LAS VEGAS — With the opportunity to become the first player in 35 years to win three straight Stanley Cups and the first to do it with two different teams, Marc-Andre Fleury could very well officially punch his ticket to the Hockey Hall of Fame if the Vegas Golden Knights can cap one of the most incredible seasons in the history of sports and win the Stanley Cup.
It’s not that he won’t be a Hall of Famer if the Golden Knights come up short, but there will be no disputing his status as one of the game’s all-time greats if he can complete this one. And whether the Golden Knights ultimately win or lose the Stanley Cup, you could certainly make the case that, barring a complete collapse in the final, Fleury has already won the Conn Smythe Trophy as playoff MVP.
There has simply not been a player in this year’s post-season tournament who has had more of an effect on his team’s fortunes in a positive way than Fleury, including Alex Ovechkin, who is the other clear frontrunner for the award going into the Stanley Cup final. (Funny sign seen at a bar near the T-Mobile Arena: “Now Serving Ovechkin Special, White Russian, No Cup.” We have ourselves a series.)
The Golden Knights have been giving up almost 34 shots per game, yet sit second in goals-against per game to the Los Angeles Kings, the team the Golden Knights swept in the first round by limiting them to just three goals in four games. Fleury’s overall save percentage of .947 leads the NHL and his 5-on-5 save percentage of .960 is tops among all goalies who have played more than four playoff games in 2018.
But it’s the quality of the saves and the timing of them that have created Fleury’s Conn Smythe fodder. First, Fleury has a .930 save percentage on high-danger shots at 5-on-5, which again leads all goalies who have played more than four games. He also leads in that category in mid-danger shots (.944) and is just behind Braden Holtby in second in stopping low-danger shots (.987).
And just as importantly, Fleury has been the Golden Knights’ best penalty killer. Of teams that have played 10 or more games in these playoffs, Vegas has faced the second-highest number of shorthanded situations per game (3.8). And Fleury’s .908 save percentage is best among goalies who have played more than four games. His .875 save percentage on high-danger shots shorthanded also leads the league and is a major reason why the Golden Knights have been one of the best penalty-killing teams in this year’s playoffs.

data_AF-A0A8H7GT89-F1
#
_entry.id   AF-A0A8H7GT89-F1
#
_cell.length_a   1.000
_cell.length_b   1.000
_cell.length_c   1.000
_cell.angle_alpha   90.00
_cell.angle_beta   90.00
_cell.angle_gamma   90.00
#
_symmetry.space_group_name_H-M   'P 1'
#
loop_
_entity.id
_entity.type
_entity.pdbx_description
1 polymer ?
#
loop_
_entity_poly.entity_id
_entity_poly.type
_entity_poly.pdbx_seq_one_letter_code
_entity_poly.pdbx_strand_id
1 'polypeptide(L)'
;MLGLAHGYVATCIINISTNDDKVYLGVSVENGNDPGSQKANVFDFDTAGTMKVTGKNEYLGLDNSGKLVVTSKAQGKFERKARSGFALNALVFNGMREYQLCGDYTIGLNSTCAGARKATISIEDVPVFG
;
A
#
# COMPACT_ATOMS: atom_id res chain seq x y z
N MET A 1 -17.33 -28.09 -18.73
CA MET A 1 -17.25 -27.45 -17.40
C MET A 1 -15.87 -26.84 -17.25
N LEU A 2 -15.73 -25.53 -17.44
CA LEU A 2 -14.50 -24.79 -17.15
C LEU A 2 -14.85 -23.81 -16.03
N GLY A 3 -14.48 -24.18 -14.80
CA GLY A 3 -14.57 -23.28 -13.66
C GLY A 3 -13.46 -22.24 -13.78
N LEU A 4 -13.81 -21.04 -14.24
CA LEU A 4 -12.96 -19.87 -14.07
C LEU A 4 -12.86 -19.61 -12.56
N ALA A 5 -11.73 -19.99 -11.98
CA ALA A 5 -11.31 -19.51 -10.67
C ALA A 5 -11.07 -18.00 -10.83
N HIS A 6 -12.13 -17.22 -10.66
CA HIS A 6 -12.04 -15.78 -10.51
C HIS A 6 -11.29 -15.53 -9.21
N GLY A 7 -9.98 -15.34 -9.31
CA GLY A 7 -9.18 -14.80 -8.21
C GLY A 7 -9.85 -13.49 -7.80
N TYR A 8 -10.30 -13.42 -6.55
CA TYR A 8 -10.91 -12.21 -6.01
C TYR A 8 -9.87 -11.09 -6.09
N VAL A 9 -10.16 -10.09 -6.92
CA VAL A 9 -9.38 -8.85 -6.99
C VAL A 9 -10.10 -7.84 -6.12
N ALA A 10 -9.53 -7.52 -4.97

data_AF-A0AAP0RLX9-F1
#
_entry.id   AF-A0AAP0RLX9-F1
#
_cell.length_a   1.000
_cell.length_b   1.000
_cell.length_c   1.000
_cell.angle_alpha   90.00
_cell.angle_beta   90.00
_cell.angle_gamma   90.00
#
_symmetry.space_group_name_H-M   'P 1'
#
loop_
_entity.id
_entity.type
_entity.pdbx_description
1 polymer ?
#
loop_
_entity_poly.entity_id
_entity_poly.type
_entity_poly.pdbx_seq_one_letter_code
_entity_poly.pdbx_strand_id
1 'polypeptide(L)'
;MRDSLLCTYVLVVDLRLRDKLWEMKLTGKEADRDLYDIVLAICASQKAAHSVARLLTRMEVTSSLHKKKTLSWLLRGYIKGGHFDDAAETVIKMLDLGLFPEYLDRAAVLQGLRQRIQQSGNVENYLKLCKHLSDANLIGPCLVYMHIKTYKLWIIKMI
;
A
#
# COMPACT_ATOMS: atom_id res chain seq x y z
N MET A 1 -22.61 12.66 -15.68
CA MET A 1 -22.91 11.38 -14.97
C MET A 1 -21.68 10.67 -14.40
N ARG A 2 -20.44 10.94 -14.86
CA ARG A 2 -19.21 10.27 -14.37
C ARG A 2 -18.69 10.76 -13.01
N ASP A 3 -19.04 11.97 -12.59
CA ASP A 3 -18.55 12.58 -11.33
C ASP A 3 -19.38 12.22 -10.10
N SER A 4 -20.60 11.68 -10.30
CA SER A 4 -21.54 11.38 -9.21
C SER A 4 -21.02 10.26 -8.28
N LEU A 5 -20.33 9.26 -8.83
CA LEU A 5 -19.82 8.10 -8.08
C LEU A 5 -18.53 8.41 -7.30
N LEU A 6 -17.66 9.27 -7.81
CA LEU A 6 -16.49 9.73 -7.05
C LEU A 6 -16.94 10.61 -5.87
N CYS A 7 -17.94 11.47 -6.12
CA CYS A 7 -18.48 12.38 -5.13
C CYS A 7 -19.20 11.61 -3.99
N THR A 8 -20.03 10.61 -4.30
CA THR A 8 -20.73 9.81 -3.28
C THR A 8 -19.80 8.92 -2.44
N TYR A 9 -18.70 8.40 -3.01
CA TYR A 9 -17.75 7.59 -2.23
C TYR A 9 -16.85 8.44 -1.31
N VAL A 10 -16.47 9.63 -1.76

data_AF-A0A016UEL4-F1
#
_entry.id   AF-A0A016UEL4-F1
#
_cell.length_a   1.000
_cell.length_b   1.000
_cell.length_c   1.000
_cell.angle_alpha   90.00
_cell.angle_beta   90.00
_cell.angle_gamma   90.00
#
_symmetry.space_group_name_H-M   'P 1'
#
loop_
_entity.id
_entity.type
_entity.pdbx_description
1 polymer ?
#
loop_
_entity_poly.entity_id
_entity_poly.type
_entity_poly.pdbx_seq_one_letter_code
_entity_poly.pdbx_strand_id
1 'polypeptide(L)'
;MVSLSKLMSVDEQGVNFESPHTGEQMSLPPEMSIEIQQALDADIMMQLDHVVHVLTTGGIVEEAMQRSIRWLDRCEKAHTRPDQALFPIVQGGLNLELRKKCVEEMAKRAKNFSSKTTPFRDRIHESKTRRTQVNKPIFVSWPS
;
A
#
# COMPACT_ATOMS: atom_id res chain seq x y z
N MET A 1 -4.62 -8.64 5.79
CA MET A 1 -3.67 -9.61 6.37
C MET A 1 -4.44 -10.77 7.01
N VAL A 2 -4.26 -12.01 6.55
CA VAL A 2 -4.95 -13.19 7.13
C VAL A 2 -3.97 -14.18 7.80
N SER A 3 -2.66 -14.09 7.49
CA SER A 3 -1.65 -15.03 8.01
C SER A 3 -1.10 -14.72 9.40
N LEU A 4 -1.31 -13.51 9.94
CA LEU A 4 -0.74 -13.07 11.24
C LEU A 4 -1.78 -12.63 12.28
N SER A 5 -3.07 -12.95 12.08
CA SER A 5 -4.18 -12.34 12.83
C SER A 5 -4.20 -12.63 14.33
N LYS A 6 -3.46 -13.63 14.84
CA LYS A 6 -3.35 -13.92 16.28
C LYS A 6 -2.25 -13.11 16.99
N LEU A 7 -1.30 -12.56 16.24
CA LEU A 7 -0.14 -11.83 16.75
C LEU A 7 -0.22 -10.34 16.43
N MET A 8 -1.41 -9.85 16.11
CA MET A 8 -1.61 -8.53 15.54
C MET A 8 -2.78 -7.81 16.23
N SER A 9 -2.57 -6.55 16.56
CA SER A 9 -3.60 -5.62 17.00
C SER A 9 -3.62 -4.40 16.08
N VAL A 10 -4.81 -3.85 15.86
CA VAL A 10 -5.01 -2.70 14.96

So if Fleury can lead the Golden Knights to four more wins, it might be the most lopsided Conn Smythe voting in NHL history. But even if not, Fleury should get major consideration for the award because there is simply no way the Golden Knights would be here without him. Since the award was introduced in 1966, five times the Conn Smythe winner has come from the team losing the Stanley Cup final. (And it should have been six. Chris Pronger was robbed of the award in 2006 when it went to Cam Ward.) Four of those playoff MVPs have gone to goalies, with the most recent being Jean-Sebastien Giguere in 2003. So the precedent is clearly there for Fleury to take the Conn Smythe regardless of the result of the final.
And one thing that is working more in Fleury’s favor in the playoffs is that the Conn Smythe almost always follows the letter of the law in that it goes to the player who was truly most valuable to his team in the playoffs. Unlike the Hart Trophy that often goes to the best player with less regard to value to the team, the Conn Smythe generally goes to the player who did the most to deliver his team to the Stanley Cup final.
The case for Ovechkin is also a strong one at this point. By the time it’s all said and done, he’ll almost certainly lead the playoffs in goals. If he at least ties Mark Scheifele by scoring two goals in the final, odds are pretty good his Conn Smythe chances will fall by the wayside. He’s running neck-and-neck with teammate Evgeny Kuznetsov for the overall scoring lead in the playoffs and is playing some of the most inspired hockey of his career. He’s playing as physically as he ever has and that’s saying something, leading by example by providing a template for his teammates to follow.
And he would be an outstanding choice for the Conn Smythe Trophy should the Capitals win this series. You can’t make the argument that the Capitals would be in the Stanley Cup final without Ovechkin. Not a chance. But you also can’t make it as vociferously as you can for Fleury when it comes to the Golden Knights.
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